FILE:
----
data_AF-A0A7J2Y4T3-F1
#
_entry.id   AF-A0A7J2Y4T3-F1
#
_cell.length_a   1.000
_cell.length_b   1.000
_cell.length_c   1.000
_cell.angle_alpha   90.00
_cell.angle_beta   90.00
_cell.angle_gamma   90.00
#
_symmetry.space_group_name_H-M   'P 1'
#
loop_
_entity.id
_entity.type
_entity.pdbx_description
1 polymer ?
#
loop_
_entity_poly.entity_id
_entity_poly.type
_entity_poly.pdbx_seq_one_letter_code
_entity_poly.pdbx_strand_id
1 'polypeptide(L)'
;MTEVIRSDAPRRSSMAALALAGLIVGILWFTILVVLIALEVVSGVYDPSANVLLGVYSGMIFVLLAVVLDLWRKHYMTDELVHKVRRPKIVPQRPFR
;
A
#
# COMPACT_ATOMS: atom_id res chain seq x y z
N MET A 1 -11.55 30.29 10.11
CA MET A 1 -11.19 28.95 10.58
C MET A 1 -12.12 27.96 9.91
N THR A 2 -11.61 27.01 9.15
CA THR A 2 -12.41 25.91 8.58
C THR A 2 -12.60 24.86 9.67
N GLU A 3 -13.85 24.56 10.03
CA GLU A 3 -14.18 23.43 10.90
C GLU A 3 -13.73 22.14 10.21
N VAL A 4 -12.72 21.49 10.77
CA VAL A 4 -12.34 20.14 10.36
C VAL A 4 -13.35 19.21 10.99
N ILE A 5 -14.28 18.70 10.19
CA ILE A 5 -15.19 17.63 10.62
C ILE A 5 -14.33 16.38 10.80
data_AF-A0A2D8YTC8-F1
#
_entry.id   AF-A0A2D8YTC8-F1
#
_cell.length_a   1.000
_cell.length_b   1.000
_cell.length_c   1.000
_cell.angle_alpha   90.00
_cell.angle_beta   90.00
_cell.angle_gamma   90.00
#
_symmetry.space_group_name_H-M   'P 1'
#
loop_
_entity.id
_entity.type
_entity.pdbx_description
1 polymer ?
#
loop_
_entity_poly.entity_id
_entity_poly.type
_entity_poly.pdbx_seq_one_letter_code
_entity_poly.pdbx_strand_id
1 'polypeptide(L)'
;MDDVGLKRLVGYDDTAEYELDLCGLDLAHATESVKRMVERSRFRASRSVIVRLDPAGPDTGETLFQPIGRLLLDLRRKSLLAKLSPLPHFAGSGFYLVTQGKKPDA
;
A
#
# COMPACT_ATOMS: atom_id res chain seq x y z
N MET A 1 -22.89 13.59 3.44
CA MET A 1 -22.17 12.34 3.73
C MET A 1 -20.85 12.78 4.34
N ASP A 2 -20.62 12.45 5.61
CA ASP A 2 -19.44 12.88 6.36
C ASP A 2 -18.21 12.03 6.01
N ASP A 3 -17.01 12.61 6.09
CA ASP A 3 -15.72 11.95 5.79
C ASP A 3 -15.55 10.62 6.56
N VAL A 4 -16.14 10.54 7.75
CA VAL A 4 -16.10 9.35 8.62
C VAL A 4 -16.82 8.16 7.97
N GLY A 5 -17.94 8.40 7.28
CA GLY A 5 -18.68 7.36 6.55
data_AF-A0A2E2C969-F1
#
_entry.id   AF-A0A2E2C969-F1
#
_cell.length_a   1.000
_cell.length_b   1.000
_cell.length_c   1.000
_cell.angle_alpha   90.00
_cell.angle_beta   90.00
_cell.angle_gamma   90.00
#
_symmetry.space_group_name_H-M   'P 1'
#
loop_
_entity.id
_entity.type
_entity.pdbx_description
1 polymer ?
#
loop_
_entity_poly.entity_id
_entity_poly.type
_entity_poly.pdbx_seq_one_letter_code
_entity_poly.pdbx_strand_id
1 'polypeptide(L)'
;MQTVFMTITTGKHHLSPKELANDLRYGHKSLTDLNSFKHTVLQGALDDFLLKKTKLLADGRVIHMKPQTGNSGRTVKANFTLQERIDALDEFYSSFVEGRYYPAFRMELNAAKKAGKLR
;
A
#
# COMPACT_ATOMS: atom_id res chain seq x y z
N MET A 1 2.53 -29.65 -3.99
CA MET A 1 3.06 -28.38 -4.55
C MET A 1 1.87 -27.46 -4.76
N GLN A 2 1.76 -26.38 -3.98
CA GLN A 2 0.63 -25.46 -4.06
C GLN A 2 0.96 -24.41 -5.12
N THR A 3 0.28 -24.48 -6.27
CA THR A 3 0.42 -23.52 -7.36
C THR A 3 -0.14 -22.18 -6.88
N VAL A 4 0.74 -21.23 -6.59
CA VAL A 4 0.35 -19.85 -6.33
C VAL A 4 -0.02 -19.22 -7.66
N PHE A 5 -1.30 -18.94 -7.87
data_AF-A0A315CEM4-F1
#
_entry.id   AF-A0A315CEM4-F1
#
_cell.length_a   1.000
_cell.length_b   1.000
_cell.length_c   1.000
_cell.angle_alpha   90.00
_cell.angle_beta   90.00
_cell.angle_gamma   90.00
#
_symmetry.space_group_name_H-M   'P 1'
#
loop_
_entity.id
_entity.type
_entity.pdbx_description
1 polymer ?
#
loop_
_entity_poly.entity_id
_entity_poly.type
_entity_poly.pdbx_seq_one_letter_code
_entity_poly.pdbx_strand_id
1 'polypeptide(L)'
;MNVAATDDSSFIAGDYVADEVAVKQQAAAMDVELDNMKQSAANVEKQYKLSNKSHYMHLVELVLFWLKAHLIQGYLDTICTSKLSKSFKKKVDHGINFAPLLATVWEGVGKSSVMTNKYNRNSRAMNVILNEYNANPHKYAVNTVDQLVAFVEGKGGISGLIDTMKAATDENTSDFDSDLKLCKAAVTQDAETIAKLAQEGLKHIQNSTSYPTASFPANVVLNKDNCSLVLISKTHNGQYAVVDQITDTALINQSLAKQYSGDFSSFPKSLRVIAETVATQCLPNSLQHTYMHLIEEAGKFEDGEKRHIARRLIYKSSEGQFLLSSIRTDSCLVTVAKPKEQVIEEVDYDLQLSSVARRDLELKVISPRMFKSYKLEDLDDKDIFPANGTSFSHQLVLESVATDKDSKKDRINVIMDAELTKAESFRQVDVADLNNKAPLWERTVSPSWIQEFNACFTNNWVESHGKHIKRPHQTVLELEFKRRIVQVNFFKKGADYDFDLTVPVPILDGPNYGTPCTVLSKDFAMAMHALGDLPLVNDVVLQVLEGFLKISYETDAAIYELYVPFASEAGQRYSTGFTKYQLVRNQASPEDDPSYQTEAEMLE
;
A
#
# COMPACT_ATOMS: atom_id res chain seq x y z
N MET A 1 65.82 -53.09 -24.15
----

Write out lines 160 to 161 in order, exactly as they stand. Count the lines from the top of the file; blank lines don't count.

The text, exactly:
A
#